Symbols sure seem important in politics and government. I love the Statue of Liberty. Others may cherish the Lincoln Memorial and Mount Rushmore more. I’ve even heard people wax poetic on the images we find on our coinage.
But what about “The Star-Spangled Banner”? The lyrics are not general at all, but instead an exultation about a moment of victory in a very bad war that our union almost lost way back in 1814.
The melody leaps all over the place, making it difficult to sing.
But its words are what stick in some peoples’ craws.
No, not the florid, old-fashioned* phrasings. What bothers some people is all the violence . . . and a mention of the word “slave.”
Now, if the song were about slavery, or even mentioned the enslaved ancestors of current Americans, I’d side with the California branch of the NAACP, which wants to junk the old warhorse.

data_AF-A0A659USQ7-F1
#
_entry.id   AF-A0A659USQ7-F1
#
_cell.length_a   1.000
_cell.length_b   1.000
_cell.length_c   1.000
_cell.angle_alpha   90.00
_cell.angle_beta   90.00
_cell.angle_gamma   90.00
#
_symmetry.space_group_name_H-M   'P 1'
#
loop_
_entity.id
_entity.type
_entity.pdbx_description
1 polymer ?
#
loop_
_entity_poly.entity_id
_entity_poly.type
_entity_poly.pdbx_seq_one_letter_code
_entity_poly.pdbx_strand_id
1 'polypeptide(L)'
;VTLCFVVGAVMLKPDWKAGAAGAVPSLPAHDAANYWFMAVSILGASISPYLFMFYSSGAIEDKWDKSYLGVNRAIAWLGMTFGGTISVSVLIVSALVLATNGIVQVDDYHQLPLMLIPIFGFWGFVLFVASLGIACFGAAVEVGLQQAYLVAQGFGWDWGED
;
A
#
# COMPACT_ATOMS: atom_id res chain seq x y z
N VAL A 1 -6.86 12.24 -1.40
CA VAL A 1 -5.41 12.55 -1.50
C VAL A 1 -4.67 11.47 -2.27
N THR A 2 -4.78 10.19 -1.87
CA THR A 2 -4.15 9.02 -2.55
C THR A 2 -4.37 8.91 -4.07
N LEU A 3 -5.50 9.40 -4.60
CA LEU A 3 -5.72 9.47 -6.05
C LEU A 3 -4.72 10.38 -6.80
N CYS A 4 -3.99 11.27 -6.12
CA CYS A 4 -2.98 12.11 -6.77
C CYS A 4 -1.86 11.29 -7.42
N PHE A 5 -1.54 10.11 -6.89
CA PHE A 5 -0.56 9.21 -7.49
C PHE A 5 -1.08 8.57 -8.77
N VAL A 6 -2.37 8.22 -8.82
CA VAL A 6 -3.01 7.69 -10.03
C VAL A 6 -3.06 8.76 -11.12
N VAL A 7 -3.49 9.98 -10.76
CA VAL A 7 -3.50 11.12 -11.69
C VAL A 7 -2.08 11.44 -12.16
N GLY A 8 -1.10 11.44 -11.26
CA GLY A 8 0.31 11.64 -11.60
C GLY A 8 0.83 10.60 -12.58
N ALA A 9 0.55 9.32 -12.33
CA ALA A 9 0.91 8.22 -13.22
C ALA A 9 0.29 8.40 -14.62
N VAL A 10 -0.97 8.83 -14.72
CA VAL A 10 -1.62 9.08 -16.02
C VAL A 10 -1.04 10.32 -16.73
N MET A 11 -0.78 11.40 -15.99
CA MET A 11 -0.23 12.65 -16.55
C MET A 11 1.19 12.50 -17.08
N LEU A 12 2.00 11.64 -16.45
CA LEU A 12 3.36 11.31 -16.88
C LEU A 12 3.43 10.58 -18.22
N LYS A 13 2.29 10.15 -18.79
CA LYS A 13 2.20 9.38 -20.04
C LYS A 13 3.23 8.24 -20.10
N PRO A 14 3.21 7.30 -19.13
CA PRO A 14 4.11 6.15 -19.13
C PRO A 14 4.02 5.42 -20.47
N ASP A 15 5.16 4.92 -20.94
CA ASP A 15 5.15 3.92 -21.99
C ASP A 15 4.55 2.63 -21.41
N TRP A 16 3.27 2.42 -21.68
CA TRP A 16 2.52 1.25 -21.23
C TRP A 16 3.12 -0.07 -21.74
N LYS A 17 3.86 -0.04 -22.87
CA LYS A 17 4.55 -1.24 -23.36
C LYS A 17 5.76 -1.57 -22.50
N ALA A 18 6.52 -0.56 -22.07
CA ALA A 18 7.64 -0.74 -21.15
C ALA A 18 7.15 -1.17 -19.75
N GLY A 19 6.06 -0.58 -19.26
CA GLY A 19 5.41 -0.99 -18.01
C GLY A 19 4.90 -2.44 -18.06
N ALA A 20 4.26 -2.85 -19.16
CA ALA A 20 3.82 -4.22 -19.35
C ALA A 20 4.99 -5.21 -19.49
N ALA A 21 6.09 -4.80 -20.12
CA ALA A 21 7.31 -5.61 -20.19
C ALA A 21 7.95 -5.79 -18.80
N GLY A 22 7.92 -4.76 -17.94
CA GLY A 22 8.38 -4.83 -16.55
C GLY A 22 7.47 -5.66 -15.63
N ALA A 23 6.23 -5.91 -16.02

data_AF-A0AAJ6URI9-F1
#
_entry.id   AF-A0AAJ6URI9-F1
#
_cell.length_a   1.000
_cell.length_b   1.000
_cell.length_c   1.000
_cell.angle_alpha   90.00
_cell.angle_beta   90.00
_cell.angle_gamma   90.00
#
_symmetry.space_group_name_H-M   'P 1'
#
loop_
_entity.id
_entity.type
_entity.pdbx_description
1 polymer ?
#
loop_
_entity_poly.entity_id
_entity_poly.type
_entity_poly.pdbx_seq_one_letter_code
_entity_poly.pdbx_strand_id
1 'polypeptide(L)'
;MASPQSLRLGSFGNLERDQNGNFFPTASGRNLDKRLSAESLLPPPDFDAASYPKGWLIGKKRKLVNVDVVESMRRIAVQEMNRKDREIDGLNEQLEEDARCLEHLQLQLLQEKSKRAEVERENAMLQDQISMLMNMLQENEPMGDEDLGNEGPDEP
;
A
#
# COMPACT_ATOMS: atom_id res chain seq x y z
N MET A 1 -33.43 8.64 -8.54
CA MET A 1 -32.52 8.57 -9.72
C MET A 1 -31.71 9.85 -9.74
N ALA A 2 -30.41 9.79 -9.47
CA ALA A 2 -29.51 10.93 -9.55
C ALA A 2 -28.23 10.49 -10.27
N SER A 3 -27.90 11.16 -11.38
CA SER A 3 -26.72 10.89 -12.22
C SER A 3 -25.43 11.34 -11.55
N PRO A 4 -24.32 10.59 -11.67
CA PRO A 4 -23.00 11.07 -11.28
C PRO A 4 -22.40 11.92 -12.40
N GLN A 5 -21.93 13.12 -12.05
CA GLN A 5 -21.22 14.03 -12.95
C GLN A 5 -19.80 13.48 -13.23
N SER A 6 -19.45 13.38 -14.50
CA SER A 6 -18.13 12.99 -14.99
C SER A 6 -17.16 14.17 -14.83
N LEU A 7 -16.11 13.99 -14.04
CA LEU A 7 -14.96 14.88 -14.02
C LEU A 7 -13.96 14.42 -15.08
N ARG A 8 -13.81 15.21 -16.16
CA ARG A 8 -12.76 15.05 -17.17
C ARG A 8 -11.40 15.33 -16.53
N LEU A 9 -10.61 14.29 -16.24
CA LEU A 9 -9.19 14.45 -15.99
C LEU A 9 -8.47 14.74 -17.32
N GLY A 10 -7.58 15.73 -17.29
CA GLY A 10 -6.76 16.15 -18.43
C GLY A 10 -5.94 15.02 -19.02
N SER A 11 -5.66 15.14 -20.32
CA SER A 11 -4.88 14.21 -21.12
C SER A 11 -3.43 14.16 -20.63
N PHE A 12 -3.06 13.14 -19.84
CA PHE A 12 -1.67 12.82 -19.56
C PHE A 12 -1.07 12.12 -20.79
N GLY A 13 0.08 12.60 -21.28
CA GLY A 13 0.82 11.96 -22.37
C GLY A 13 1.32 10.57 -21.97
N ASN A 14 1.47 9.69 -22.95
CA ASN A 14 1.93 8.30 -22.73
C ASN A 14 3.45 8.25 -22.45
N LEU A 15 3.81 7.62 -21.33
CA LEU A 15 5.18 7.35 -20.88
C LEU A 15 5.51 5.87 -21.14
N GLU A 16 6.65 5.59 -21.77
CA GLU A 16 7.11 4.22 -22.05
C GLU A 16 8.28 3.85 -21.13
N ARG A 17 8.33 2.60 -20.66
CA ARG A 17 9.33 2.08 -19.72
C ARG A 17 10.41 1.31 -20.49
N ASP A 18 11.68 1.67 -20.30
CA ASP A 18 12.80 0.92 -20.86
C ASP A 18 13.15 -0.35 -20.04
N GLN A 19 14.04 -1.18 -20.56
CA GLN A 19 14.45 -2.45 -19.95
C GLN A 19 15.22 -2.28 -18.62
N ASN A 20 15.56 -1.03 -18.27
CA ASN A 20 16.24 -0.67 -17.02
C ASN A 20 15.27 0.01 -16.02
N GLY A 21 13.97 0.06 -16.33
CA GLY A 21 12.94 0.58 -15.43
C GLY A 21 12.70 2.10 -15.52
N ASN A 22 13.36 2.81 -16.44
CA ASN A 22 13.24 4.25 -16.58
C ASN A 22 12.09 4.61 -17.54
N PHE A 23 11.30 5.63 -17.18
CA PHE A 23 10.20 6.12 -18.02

But the offending line does not seem to be what these activists say it is, one of “the most racist, pro-slavery, anti-black songs in the American lexicon.” The words refer, instead, to British sailors and soldiers:
No refuge could save the hireling and slave
From the terror of flight, or the gloom of the grave. . . .
The phrase “hirelings and slaves” means “mercenaries and conscripts.” Wednesday, on Fox, Tucker Carlson grilled a cheerful advocate of the NAACP position, whose main point was “unity.” He doesn’t think the anthem promotes “unity.”
But what would? Doesn’t taking on the anthem constitute just another divisive salvo in the culture wars?
We’ve bigger problems.
This is Common Sense. I’m Paul Jacob.
* The tune is by John Stafford Smith, who wrote it for the Anacreontic Society. Because the original version is usually called “To Anacreon in Heaven,” and because the phrasings of Francis Scott Key’s originally titled “In Defense of Fort McHenry” are “old-fashioned” and arguably “anachronistic,” we have the title of this Common Sense outing.